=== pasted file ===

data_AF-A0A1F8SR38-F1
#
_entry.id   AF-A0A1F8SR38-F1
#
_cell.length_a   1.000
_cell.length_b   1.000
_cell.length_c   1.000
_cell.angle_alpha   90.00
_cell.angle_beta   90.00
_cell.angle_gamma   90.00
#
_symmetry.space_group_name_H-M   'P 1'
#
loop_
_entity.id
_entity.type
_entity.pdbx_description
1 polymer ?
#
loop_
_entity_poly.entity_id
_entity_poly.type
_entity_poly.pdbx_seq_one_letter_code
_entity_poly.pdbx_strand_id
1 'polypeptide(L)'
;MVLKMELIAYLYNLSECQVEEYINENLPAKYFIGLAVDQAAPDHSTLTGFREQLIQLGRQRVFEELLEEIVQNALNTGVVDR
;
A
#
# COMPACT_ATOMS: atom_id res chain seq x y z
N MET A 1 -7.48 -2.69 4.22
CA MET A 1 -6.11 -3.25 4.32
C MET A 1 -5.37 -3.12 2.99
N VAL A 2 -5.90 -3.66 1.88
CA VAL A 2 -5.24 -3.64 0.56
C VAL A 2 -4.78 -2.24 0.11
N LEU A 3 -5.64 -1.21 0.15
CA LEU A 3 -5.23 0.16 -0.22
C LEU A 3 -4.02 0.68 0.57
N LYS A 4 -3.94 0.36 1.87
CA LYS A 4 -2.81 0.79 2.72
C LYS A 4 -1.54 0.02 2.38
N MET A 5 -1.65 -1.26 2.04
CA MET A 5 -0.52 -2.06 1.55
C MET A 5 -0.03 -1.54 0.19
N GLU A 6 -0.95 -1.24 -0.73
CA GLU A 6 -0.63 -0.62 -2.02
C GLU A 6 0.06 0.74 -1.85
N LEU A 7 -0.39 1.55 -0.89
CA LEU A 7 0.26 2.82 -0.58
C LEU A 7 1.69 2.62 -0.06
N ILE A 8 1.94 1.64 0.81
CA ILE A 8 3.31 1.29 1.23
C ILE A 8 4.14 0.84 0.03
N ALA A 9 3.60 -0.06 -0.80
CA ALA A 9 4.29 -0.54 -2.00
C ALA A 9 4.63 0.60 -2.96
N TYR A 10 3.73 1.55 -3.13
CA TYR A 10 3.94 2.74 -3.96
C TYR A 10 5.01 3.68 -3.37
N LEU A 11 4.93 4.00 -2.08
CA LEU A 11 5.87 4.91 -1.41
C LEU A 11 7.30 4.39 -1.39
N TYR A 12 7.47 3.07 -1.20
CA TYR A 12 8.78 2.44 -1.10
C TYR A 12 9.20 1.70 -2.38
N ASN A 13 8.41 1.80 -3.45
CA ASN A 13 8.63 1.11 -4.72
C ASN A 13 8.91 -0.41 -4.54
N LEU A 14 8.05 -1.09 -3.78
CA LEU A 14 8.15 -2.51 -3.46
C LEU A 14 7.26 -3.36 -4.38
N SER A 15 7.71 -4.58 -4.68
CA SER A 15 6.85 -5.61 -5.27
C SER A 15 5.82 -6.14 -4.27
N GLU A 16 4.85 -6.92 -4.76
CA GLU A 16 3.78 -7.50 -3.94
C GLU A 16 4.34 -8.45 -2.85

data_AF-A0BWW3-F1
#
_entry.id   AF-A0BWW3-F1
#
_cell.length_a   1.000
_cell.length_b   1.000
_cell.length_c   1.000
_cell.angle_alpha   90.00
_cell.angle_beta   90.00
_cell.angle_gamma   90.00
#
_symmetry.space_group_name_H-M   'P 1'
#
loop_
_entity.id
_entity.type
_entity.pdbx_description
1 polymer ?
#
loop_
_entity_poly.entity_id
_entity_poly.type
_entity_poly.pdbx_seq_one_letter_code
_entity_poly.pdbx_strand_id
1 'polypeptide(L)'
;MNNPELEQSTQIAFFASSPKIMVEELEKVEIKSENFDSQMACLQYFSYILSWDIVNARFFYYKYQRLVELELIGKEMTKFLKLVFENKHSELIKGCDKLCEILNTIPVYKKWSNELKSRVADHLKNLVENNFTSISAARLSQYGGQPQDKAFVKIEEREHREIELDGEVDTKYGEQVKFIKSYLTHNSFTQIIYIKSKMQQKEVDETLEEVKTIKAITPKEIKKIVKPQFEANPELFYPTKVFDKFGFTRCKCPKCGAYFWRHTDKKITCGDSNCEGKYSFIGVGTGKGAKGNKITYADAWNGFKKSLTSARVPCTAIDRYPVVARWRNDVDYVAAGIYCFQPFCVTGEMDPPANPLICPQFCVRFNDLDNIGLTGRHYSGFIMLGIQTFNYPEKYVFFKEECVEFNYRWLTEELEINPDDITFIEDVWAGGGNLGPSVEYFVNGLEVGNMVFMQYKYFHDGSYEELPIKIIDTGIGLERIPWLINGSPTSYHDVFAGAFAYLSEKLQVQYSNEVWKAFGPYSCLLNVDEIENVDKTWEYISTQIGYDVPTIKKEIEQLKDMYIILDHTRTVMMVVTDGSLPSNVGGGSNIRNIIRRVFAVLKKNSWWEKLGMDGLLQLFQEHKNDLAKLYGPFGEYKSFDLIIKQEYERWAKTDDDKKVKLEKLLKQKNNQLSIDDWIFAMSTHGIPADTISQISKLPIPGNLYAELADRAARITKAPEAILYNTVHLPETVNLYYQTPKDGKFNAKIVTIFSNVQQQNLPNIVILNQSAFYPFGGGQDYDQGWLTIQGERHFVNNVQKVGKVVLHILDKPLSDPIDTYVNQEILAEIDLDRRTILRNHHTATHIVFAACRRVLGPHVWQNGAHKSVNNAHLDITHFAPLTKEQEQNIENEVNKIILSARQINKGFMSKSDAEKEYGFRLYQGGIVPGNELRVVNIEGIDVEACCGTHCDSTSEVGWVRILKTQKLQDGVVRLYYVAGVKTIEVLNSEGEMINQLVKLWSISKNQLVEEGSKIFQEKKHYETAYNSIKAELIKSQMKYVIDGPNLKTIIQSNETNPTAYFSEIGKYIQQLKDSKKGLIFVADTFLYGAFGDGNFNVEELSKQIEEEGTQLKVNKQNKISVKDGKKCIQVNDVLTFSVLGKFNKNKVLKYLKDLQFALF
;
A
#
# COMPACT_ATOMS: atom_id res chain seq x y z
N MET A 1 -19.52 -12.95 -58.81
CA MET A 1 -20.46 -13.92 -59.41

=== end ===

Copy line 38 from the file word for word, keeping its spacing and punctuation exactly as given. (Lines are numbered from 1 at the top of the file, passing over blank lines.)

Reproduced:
CA LEU A 3 -5.23 0.16 -0.22